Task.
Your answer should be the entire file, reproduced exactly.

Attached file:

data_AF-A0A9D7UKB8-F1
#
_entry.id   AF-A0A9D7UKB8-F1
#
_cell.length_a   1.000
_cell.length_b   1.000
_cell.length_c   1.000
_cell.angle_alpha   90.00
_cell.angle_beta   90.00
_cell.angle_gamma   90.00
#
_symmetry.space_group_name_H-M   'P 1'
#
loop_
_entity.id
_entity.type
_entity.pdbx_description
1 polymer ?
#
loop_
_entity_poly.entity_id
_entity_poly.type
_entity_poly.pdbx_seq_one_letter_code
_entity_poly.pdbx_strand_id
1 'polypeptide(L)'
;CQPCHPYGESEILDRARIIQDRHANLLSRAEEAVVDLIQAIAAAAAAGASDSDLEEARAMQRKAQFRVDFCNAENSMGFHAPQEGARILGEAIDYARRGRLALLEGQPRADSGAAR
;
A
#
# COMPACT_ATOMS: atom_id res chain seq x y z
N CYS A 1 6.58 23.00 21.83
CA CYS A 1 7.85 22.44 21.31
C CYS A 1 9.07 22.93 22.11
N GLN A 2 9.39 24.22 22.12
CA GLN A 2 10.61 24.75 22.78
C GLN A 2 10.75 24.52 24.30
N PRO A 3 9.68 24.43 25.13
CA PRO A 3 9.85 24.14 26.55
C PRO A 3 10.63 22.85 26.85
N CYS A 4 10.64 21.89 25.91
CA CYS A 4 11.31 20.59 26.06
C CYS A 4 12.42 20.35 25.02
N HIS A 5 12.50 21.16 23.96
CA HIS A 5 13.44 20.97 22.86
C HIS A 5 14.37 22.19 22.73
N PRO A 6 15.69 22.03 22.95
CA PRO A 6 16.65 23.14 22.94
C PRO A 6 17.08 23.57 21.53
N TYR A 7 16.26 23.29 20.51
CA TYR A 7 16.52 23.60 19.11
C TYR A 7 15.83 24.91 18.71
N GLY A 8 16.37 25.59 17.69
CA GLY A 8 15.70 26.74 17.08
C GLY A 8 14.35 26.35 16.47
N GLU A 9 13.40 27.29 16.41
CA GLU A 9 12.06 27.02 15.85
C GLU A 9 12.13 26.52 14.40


data_AF-A0A9D7UKB8-F1
#
_entry.id   AF-A0A9D7UKB8-F1
#
_cell.length_a   1.000
_cell.length_b   1.000
_cell.length_c   1.000
_cell.angle_alpha   90.00
_cell.angle_beta   90.00
_cell.angle_gamma   90.00
#
_symmetry.space_group_name_H-M   'P 1'
#
loop_
_entity.id
_entity.type
_entity.pdbx_description
1 polymer ?
#
loop_
_entity_poly.entity_id
_entity_poly.type
_entity_poly.pdbx_seq_one_letter_code
_entity_poly.pdbx_strand_id
1 'polypeptide(L)'
;CQPCHPYGESEILDRARIIQDRHANLLSRAEEAVVDLIQAIAAAAAAGASDSDLEEARAMQRKAQFRVDFCNAENSMGFHAPQEGARILGEAIDYARRGRLALLEGQPRADSGAAR
;
A
#
# COMPACT_ATOMS: atom_id res chain seq x y z
N CYS A 1 6.58 23.00 21.83
CA CYS A 1 7.85 22.44 21.31
C CYS A 1 9.07 22.93 22.11
N GLN A 2 9.39 24.22 22.12
CA GLN A 2 10.61 24.75 22.78
C GLN A 2 10.75 24.52 24.30
N PRO A 3 9.68 24.43 25.13
CA PRO A 3 9.85 24.14 26.55
C PRO A 3 10.63 22.85 26.85
N CYS A 4 10.64 21.89 25.91
CA CYS A 4 11.31 20.59 26.06
C CYS A 4 12.42 20.35 25.02
N HIS A 5 12.50 21.16 23.96
CA HIS A 5 13.44 20.97 22.86
C HIS A 5 14.37 22.19 22.73
N PRO A 6 15.69 22.03 22.95
CA PRO A 6 16.65 23.14 22.94
C PRO A 6 17.08 23.57 21.53
N TYR A 7 16.26 23.29 20.51
CA TYR A 7 16.52 23.60 19.11
C TYR A 7 15.83 24.91 18.71
N GLY A 8 16.37 25.59 17.69
CA GLY A 8 15.70 26.74 17.08
C GLY A 8 14.35 26.35 16.47
N GLU A 9 13.40 27.29 16.41
CA GLU A 9 12.06 27.02 15.85
C GLU A 9 12.13 26.52 14.40